Updated: Jul 13
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Today's post is all about FUR! I use a combination of the small fiberglass brush and an x-acto knife to create realistic looking fur. There are several ways to render fur on scratchboard, but I'm going to talk about my specific processes and methods.
The first step in almost all of my scratchboard textures is the small fiberglass brush. I use this tool to put in the first layer of scratches, which helps establish the flow of the fur (the direction in which the individual hairs grow) and creates a softness that makes it feel real.
When I'm scratching fur, I like to make sure the individual strokes feel random and are not perfectly parallel to one another because it looks more natural and accurate when the piece is complete. Real fur crosses over itself and grows in weird directions, so I like to keep my scratching strokes loose.
This close-up shot of what I was working on in the above video shows you how I work loosely to layer scratches and create a soft fur texture.
[Click to expand the image to see the details closer.]
The fiberglass brush scratches are the 'first' layer, but I may go over one area with that tool a number of times to get the fur growth direction accurate, but also the values correct. If I want an area to be bright or white, I will scratch most of that value in with the fiberglass brush.
The second step of the scratching is done with the x-acto knife and this tool is used to both refine an area (for value and flow) and add the specific, intricate details. I use the x-acto blade to put in individual scratches and really emphasize what is happening with the fur. These individual hairs are not only used for added detail, but they may also emphasize light and highlights in an area.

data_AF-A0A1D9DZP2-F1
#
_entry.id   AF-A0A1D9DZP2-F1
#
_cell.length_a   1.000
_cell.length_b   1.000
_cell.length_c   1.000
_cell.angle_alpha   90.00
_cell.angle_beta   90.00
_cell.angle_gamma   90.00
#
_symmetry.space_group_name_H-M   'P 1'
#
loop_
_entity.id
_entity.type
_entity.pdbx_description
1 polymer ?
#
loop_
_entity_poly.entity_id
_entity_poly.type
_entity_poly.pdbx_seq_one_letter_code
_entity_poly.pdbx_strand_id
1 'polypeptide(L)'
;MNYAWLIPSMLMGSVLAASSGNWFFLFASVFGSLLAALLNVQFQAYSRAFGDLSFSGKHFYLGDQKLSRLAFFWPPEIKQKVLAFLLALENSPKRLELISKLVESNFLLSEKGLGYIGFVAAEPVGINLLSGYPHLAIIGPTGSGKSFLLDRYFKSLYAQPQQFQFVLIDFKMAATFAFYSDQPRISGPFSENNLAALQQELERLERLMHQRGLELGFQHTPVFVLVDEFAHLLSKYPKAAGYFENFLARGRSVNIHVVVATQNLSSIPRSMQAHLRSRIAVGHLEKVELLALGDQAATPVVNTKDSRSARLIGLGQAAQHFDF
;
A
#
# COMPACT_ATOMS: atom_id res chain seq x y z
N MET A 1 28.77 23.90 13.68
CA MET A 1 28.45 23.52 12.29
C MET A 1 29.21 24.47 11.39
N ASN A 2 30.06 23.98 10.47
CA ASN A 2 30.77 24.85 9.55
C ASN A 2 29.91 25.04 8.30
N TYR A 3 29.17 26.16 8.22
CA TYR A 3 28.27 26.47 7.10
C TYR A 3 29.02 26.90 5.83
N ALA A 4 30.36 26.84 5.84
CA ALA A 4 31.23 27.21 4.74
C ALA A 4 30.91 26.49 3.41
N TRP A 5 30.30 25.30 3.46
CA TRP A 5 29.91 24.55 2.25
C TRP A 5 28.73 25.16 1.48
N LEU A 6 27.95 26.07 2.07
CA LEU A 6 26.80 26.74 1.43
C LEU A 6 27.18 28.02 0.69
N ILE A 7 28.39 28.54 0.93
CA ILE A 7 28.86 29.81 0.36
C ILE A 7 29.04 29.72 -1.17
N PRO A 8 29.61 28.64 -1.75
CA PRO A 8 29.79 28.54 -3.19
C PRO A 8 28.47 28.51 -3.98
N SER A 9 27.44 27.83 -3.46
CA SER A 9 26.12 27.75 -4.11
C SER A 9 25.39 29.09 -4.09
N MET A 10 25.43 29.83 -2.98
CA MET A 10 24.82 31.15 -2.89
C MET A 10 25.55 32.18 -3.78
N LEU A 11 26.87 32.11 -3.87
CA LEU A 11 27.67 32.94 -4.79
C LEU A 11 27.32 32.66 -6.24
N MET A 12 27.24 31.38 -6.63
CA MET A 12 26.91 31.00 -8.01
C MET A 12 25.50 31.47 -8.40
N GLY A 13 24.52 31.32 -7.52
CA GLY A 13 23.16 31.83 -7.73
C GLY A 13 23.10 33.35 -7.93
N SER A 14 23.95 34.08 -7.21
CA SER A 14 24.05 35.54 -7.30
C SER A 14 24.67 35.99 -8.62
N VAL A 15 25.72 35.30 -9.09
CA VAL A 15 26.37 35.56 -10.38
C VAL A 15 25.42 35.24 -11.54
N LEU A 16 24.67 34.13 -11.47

The detail scratches, depending on the area and the effect I'm attempting to create, will be put in very randomly and loosely or with exact precision. Long, flowy areas of fur are created with loose strokes, while shorter fur or smaller areas may require more care with the scratches.
The fur above the eye in the photo to the left was scratched with loose strokes, while the hair below the eye was scratched in more precisely.
[Click to expand this photo to view the details.]
The combination of a soft base layer, done with the fiberglass brush, and the intricate detailed fur of the top layer, done with the x-acto knife, help create a photo-realistic texture that appears soft and begs the viewer to reach out and touch it (which they might do).
[Another demonstration of how I combine the tools to create fur in my wildlife scratchboard artwork.]
One of the main things to pay attention to when creating photo-realistic scratchboard artwork is the hair growth patterns - which I mentioned briefly above. The direction in which hair and fur grows is incredibly important to creating a realistic looking piece of wildlife art - it is one of those things that will feel 'off' if you get it wrong, but you won't necessarily be able to identify why it looks inaccurate.
This giraffe piece is a great example of how very important (and complicated) the fur growth pattern really can be. Look at how the hair is growing on this giraffe's face...it changes so many times and all over the place. It is crucial to pay attention to the direction changes...especially if your goal is photo-realism or a near accurate representation.
The fur on giraffes and many other animals (horses, zebras, deer, etc) is very short, so the scratching process can look a little different. I still use the tools in the same ways, but each individual stroke with those tools are smaller, shorter, and tighter (think 'hand cramping repetitiveness').
This detail shot of the side of a grizzly bear's head/neck shows you how different the strokes of a fluffier animal are compared to a giraffe or shorter haired animal. The fur patterns are still all over the place (notice the hair swirling in the right middle part of the image), but the scratches are loose and flowy because the hairs are longer.
[Click to expand for a closer look.]
Thanks so much for following along with my scratchboard fur tutorial and please let me know if you have any questions!
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